Fannie Mae’s (and the Banks’) Incentive to Foreclose Rather than Modify Homeowners’ Mortgages
Fannie Mae seems to be as eager to foreclose on homeowners as the banks. But Fannie-Mae may be willing to take a three-month detour in "trial" modifications, as opposed to "permanent" modifications, before putting pressure on its servicers to resume the foreclosure process. Reason: each trial modification (of at least three months) results in bonuses to Fannie.
Fannie and Freddie Mac, as holders of more than 50% of all mortgages, and as virtually nationalized bankrupt entities, were supposedly designated to be the chief vehicles and examples of modifying mortgages (by reducing both principal and interest payments), so that more people can remain in their homes rather than face foreclosure.
To date they’ve failed in their supposed mandate. According to a report by the Congressional Oversight Committee:
The panel’s report says the government’s mortgage modification program has three key problems:
•The kinds of mortgages that will make up growing numbers of foreclosures exceed the program’s eligibility requirements.
•With a goal of modifying only 25,000 to 30,000 loans a week, fewer than half of the predicted foreclosures would be avoided. One in eight homes are currently in foreclosure or default and 250,000 additional foreclosures are initiated monthly.
•Many modifications so far are still in a three-month trial period. As of Sept. 1, only 1,711 homeowners had received permanent modifications under the federal program. And after five years, many will see higher payments.
"The result for many homeowners could be that foreclosure is delayed, not avoided," the report says.
Fannie Mae says it will begin fining loan servicers who take too long to complete foreclosures once it’s been determined that delinquent borrowers don’t qualify for a loan modification or other alternatives like short sales.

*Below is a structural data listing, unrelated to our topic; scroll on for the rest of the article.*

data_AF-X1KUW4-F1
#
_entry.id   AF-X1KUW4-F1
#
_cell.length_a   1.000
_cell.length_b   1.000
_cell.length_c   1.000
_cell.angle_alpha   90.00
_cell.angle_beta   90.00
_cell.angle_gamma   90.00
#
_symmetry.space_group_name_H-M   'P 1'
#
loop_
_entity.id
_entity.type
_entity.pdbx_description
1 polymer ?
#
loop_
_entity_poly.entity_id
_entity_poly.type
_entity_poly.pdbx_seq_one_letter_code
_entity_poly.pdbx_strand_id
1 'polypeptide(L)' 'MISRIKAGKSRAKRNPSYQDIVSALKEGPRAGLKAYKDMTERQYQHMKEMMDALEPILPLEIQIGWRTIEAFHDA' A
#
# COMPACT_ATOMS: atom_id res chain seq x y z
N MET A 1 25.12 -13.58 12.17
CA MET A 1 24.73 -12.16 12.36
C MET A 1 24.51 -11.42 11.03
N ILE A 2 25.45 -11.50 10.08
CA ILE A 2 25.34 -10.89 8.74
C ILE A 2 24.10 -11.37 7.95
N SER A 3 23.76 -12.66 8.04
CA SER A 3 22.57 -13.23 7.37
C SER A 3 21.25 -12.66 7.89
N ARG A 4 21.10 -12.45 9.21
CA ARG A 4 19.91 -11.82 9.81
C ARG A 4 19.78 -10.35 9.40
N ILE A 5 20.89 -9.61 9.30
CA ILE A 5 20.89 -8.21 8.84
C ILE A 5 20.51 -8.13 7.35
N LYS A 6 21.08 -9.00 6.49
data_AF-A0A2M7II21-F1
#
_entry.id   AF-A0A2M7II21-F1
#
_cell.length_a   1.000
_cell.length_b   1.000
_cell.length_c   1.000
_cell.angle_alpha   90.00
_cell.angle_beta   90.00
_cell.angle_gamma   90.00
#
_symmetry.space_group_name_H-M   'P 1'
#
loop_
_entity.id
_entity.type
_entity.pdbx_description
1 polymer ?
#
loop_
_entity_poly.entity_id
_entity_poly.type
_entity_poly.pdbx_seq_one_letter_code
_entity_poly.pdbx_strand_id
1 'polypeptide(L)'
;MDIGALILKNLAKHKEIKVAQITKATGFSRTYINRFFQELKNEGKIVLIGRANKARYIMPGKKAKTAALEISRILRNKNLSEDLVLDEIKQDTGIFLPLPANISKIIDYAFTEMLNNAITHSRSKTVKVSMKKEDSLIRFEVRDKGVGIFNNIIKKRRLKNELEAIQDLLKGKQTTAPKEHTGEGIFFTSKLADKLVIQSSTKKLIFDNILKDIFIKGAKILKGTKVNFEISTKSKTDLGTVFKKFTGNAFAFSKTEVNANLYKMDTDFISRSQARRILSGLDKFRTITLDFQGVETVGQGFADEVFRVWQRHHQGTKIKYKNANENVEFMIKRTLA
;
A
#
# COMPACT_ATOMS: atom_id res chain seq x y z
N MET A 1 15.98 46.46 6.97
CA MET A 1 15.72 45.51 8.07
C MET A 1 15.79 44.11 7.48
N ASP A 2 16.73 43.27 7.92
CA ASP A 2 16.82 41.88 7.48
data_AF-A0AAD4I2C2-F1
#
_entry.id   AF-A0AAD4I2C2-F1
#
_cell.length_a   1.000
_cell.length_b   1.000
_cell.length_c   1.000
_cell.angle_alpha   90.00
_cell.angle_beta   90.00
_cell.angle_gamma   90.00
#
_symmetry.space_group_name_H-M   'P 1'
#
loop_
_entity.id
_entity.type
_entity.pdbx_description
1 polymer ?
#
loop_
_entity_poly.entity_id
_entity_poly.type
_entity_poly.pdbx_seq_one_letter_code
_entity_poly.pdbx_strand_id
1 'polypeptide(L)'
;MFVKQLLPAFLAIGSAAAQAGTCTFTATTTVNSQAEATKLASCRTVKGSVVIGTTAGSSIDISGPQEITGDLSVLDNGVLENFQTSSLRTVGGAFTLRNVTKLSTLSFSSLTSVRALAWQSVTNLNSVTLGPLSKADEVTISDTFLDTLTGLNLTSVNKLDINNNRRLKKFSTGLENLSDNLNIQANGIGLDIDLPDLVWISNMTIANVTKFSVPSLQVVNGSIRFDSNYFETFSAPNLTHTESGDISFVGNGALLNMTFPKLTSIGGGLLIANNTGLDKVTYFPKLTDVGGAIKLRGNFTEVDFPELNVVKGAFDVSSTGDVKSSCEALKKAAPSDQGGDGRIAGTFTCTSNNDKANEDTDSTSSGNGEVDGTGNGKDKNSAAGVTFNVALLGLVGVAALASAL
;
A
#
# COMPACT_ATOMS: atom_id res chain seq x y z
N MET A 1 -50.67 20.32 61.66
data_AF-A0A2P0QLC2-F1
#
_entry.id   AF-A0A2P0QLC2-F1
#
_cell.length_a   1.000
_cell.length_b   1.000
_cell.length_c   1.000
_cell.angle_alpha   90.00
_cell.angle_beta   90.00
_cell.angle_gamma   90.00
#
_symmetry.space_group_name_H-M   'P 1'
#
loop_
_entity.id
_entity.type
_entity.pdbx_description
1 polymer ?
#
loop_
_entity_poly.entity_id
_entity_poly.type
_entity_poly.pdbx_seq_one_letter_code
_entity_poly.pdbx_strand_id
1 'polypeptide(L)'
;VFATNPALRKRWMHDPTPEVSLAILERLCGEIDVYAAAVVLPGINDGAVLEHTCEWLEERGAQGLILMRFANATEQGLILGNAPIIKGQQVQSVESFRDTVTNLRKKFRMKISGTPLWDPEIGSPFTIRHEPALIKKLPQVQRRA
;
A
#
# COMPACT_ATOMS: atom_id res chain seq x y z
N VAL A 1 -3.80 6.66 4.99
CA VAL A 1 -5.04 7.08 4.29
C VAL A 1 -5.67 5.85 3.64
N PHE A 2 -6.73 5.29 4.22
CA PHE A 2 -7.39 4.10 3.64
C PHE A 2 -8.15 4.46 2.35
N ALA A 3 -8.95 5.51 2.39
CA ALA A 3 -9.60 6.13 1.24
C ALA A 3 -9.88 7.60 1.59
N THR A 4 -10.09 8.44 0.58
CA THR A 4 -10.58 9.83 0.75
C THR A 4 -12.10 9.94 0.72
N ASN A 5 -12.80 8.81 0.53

As indicated in the Oversights Committee report, the overwhelming number of loan modifications have been "trial" modifications, rather than "permanent" modifications.
Why have so few mortgages been permanently modified, nineteen months after HAMP was initiated?
Fannie Mae instructed companies that service loans it guarantees to allow modifications to borrowers who made payments during a trial period but did not meet all income document requirements under the initial terms.
On March 18, Fannie Mae issued Lender Letter 2010-04 instructing servicers how to resolve active trial modifications under the Home Affordable Modification Program (HAMP)…
Among the possible reasons: a) Some homeowners are not going to be able to finance their mortgages under any circumstances; b) The terms of HAMP and HAMP alternatives are still too onerous for many homeowners (particularly those that are "underwater"), and should be loosened up to allow more homeowners to qualify; c) Fannie-Mae doesn’t really have any incentive to go beyond the three-month trial period and aim for permanent modification, since it receives government bonuses (from Treasury)immediately after enrolling a homeowner in the trial program.
These incentives/bonuses were implicated as a main reason for the dearth of pemanent modifications by a Fannie Mae whistleblower: